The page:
EDMONTON - If at first you don't succeed, run, run again.

Alberta has historically been somewhat infertile ground for the federal NDP, but leader Jack Layton is hoping that "perseverance and determination" will lead the party to improve on its one-seat standing in the next federal election.

Layton was in Edmonton on Tuesday to see former Alberta NDP leader Ray Martin and aboriginal activist Lewis Cardinal acclaimed as the party's candidates in Edmonton East and Edmonton Centre.

Cardinal is new to the federal party. And despite Martin's long service as a member of the Alberta legislature - he led his party to win 16 seats in the 1986 provincial election - he has tried and failed to be elected in three different federal votes dating back to 1997.

That doesn't discourage Layton, who remains upbeat about NDPer Linda Duncan's squeaker of a win - by a 463-vote margin - over four-term Tory incumbent Rahim Jaffer in 2008.

"We often find that our candidates run two, three times before they win," said Layton, noting that Duncan's victory came on a second try.

"We think that Linda Duncan's breakthrough in the last election was the start of something big."

He said that last time around, there might have been a sense among Alberta voters that NDP candidates wouldn't have a chance, so why waste the vote?

"Now that Linda has won a seat, I think that's changed. And I think people will now say, 'Look at that. We can elect a federal NDP member to stand up for us and that's a good thing and we're going to get behind them.' It's a growing process."

Layton isn't the only opposition leader laying the groundwork for a breach of Prime Minister Stephen Harper's big blue juggernaut - every seat in Alberta except Duncan's is held by the federal Conservatives.

Liberal Leader Michael Ignatieff has spent time in the province recently, suggesting that Albertans are disgruntled by Harper's policies and ready for a change.

Layton said that's only going to happen if voters reject the "old-line parties."

"There's not really much to distinguish so far between the policies of the Ignatieff Liberals and the Harper Conservatives," he said. "Mr. Ignatieff has been supporting their budget, which hasn't got the job done, in our view, and has left a lot of people behind."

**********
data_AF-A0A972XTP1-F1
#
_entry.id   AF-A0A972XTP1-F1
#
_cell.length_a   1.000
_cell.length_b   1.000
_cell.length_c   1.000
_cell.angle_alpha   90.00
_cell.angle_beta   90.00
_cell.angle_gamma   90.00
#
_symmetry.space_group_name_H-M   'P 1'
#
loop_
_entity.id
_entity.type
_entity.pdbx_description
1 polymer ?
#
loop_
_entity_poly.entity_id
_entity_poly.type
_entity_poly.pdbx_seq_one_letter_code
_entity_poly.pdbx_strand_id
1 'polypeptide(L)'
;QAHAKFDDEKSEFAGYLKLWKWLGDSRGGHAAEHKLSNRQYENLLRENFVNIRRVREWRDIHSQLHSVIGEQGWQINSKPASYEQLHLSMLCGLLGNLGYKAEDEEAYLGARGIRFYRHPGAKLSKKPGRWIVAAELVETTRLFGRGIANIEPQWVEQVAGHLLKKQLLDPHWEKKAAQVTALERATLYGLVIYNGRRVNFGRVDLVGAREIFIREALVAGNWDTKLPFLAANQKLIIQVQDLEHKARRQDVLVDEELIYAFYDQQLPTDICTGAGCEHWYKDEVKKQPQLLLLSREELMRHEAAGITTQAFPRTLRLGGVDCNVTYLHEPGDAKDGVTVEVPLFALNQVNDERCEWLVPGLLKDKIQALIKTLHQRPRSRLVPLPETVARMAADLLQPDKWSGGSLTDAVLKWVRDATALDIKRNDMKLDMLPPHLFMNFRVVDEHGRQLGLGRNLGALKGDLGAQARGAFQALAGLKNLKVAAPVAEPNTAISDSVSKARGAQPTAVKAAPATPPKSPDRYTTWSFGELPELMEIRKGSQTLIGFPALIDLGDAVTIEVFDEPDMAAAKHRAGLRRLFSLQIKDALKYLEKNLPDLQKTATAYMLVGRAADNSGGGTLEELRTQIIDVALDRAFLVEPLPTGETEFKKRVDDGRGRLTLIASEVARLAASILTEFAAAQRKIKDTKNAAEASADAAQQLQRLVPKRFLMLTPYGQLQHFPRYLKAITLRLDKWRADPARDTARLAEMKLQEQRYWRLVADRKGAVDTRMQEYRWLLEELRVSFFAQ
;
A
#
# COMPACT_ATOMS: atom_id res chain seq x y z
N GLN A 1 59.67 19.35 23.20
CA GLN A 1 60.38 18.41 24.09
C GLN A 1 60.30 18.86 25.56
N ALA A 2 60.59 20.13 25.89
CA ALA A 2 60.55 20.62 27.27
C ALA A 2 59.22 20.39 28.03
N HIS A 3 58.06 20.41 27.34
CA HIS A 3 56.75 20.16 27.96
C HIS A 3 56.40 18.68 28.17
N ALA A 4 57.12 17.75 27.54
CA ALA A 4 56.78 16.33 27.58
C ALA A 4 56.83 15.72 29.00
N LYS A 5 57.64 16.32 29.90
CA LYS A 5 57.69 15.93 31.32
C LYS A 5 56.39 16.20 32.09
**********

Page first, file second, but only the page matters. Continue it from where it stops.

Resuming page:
However, there's one old-line politician Layton is happy to reference when discussing his party's opposition to the rapid pace of oilsands development in Alberta.

He notes that former Alberta Conservative premier Peter Lougheed has called for limits to the pace of growth; Ignatieff, on the other hand, has made it clear he intends to stand behind the massive and controversial fossil-fuel resource.

"We've supported this growing movement in Alberta to say there shouldn't be more (oilsands project) approvals until there are well-conceived, thorough plans in place to determine how the consequences will be addressed," he said.

"You'll have the Liberals and the Conservatives supporting what appears to be a kind of untrammelled approach to as rapid development of the tarsands as possible, whereas you'll have our party calling for a different and more responsible approach, thinking more about the long-term legacy for Albertans and Canadians and the environment."

Asked if that stance might be unpopular with voters in a province that has reaped significant economic benefit from the oilsands, Layton pointed out that Alberta has also been a leader in the development of wind power; that Edmonton has been a leader in municipal recycling; and that Calgary has used wind-generated electricity to power its transit trains.

"I've often found that Albertans are far more thoughtful than the eastern press gives them credit for," he said.

"I don't accept the proposition that Albertans are simplistically just gung-ho about pushing the foot down all the way on the accelerator for the tarsands and the consequences be damned."